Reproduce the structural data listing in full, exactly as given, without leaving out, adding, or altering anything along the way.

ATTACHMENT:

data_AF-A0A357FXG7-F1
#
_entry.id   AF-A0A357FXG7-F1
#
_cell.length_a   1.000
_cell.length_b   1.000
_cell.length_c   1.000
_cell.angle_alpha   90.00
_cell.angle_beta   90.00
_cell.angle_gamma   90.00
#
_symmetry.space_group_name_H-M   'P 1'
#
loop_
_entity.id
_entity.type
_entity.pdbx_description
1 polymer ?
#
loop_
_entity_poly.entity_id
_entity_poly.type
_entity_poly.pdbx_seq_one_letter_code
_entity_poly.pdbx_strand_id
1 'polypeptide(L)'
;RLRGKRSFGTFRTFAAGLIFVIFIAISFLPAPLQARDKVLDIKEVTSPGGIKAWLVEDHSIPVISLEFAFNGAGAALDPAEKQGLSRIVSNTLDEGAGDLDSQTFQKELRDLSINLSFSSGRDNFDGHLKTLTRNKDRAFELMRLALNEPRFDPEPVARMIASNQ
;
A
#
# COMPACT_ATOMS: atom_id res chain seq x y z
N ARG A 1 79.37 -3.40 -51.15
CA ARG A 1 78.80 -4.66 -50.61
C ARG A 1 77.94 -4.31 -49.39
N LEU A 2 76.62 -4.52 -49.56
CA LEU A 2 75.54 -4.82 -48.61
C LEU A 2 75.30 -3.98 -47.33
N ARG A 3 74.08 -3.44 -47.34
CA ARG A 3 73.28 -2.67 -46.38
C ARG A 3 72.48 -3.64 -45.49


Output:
data_AF-A0A357FXG7-F1
#
_entry.id   AF-A0A357FXG7-F1
#
_cell.length_a   1.000
_cell.length_b   1.000
_cell.length_c   1.000
_cell.angle_alpha   90.00
_cell.angle_beta   90.00
_cell.angle_gamma   90.00
#
_symmetry.space_group_name_H-M   'P 1'
#
loop_
_entity.id
_entity.type
_entity.pdbx_description
1 polymer ?
#
loop_
_entity_poly.entity_id
_entity_poly.type
_entity_poly.pdbx_seq_one_letter_code
_entity_poly.pdbx_strand_id
1 'polypeptide(L)'
;RLRGKRSFGTFRTFAAGLIFVIFIAISFLPAPLQARDKVLDIKEVTSPGGIKAWLVEDHSIPVISLEFAFNGAGAALDPAEKQGLSRIVSNTLDEGAGDLDSQTFQKELRDLSINLSFSSGRDNFDGHLKTLTRNKDRAFELMRLALNEPRFDPEPVARMIASNQ
;
A
#
# COMPACT_ATOMS: atom_id res chain seq x y z
N ARG A 1 79.37 -3.40 -51.15
CA ARG A 1 78.80 -4.66 -50.61
C ARG A 1 77.94 -4.31 -49.39
N LEU A 2 76.62 -4.52 -49.56
CA LEU A 2 75.54 -4.82 -48.61
C LEU A 2 75.30 -3.98 -47.33
N ARG A 3 74.08 -3.44 -47.34
CA ARG A 3 73.28 -2.67 -46.38
C ARG A 3 72.48 -3.64 -45.49